Sainsbury's new BWS head is all about quality

14 October, 2011

Sainsbury’s new BWS chief has pledged to deliver more consistency across its retail channels and put a greater emphasis on consumer needs.

Andy Phelps, who started the job in August, has been with the supermarket since 2003. After spending his first three years in-store he held various buying roles – the most recent as category manager for frozen foods.

In his first interview since taking on BWS, he told OLN: “I want to focus on consistency for shoppers, whether that is in-store or online. We need to make sure we understand what they want and the different shopping missions.”

A key focus will be on introducing more lower-alcohol wines, which the retailer classifies as being 10.5% abv and below.

Phelps said: “We want to double sales of these wines and give consumers more information and better labelling so they have greater choice.”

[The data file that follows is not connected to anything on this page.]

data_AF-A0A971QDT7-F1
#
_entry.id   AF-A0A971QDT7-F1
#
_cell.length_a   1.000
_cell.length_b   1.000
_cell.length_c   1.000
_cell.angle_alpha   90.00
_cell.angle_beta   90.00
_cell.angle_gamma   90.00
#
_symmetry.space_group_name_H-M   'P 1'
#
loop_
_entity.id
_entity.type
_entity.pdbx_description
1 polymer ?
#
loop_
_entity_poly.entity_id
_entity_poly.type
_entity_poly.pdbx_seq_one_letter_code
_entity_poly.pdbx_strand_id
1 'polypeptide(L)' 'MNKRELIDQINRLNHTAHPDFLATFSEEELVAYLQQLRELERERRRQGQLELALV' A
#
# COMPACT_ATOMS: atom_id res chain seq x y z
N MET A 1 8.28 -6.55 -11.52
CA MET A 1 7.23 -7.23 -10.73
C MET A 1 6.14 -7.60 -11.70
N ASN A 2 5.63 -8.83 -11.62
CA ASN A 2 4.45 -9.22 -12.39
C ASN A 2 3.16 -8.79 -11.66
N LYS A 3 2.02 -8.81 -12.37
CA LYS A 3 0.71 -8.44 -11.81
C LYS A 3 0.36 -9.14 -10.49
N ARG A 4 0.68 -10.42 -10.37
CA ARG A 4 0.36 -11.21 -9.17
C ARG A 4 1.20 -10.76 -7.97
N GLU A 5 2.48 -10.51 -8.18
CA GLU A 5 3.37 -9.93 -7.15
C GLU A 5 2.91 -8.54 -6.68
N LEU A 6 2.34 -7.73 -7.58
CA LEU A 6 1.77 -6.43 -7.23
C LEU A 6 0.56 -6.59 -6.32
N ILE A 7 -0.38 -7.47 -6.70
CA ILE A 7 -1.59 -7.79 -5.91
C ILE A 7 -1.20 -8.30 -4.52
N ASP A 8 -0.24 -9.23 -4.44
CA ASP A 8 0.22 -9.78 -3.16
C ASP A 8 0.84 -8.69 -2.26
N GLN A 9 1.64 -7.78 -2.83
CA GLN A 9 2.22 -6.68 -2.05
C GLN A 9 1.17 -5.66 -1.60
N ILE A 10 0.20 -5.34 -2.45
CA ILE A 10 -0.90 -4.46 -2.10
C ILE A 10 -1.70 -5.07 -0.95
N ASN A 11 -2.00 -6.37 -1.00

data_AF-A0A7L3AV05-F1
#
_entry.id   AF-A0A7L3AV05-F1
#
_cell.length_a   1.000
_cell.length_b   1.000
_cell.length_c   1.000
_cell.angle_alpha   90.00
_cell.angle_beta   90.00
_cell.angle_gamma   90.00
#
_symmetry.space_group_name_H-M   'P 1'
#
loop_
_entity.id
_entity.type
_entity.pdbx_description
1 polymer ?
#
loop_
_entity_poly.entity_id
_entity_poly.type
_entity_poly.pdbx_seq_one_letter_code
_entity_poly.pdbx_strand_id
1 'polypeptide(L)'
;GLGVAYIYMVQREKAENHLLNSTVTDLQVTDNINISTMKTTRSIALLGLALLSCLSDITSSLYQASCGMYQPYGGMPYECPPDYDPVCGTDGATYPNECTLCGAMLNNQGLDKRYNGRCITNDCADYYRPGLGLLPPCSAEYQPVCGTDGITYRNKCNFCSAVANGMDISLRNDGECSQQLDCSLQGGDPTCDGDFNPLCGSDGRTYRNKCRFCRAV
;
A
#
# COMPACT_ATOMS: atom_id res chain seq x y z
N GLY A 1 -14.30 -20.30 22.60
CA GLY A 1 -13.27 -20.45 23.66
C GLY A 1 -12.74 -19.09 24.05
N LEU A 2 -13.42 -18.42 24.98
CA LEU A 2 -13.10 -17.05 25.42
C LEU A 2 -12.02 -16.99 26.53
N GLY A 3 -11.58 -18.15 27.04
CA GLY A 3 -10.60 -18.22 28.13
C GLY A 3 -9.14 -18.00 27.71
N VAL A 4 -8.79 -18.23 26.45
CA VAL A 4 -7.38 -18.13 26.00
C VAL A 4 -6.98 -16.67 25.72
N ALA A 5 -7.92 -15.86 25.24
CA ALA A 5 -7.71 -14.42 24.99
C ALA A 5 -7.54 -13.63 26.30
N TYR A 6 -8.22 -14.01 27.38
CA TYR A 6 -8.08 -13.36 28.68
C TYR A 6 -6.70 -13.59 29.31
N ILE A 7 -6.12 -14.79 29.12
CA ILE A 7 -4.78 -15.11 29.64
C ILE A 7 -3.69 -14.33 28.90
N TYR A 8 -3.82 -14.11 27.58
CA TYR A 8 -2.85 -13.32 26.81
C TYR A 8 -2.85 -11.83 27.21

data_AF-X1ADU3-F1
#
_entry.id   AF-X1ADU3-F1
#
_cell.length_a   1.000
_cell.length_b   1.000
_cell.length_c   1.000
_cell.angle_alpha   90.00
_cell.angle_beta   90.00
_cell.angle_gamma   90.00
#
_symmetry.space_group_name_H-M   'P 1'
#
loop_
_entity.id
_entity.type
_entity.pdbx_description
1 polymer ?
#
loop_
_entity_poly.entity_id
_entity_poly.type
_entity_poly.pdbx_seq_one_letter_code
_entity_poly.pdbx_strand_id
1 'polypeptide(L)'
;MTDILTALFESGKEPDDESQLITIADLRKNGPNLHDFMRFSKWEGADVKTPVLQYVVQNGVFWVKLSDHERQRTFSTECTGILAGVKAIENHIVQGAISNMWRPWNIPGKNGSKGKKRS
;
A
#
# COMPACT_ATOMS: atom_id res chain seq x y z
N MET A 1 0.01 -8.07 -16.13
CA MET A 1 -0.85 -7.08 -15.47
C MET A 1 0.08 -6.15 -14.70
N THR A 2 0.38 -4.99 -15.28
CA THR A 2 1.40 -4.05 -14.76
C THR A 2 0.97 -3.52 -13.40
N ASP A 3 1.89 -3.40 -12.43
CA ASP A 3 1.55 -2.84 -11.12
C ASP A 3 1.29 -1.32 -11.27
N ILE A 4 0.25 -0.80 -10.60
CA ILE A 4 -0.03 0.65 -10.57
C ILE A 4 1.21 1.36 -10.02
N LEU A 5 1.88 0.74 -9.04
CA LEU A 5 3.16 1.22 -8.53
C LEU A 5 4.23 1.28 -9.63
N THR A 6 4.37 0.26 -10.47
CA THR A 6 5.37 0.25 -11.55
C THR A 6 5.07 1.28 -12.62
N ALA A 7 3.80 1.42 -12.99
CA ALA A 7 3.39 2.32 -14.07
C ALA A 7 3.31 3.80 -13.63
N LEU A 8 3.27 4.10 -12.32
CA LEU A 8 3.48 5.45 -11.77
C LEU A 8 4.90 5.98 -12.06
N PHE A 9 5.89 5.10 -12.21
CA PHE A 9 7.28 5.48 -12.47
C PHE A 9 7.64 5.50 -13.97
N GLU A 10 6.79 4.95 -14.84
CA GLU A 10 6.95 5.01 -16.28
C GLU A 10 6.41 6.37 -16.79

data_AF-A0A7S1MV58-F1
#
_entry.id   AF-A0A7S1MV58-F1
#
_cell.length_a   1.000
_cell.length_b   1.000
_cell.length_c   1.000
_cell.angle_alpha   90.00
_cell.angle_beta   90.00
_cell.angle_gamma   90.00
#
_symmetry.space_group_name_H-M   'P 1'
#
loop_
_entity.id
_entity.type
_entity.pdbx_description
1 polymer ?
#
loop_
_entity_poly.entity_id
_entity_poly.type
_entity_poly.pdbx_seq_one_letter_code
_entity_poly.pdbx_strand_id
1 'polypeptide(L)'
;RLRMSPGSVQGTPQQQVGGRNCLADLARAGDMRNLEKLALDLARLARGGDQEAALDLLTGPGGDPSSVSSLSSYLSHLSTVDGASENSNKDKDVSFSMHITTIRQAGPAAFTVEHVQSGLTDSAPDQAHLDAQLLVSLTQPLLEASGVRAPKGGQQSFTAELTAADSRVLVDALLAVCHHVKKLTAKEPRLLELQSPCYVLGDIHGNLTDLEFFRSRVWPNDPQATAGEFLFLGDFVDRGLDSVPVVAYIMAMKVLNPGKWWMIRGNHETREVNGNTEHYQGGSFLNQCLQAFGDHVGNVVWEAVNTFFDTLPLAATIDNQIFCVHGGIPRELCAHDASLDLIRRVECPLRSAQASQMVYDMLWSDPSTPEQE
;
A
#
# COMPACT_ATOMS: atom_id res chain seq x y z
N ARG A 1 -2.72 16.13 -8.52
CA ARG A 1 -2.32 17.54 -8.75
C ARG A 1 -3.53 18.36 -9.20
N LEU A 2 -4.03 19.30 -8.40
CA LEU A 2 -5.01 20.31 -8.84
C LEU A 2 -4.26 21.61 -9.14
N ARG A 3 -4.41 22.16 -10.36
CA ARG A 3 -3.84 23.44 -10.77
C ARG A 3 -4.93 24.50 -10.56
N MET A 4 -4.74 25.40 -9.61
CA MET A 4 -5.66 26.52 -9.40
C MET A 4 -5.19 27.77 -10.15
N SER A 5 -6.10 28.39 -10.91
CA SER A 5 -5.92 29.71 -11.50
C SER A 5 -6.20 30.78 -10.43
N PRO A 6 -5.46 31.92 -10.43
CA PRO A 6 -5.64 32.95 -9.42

Senior wine buyer Julian Dyer said: “We consider lighter to be 10.5% abv or less, because at 8%, 9% and 10% you can still have a quality product. We don’t want to flood the market with de-alcoholised wines which don’t taste very good.

“Technically wine below 5.5% abv isn’t wine – it’s a wine drink. We will develop a range which delivers what people expect from a Pinot Grigio, for example, and has the complexity. Some customers want wines as light as 5.5% abv, but it’s not all about tax breaks – it’s about what customers want.”

Phelps added that own-label would also be increased, especially the premium Taste the Difference tier, which grew 23% in the past year. But he ruled out expanding the House range, which Sainsbury’s said would be a £75 million brand by the end of the year.

He said: “Own-label is really important to us and we’ll be spending the next few months checking we have got it right.”

Dyer added: “The team is chock-a-block with experience and the focus on Taste the Difference has been relentless. We want to be seen as the pioneers of innovation and delivering consistent quality. It is growing at 23%, which suggests people want to trade up if the products are good.”




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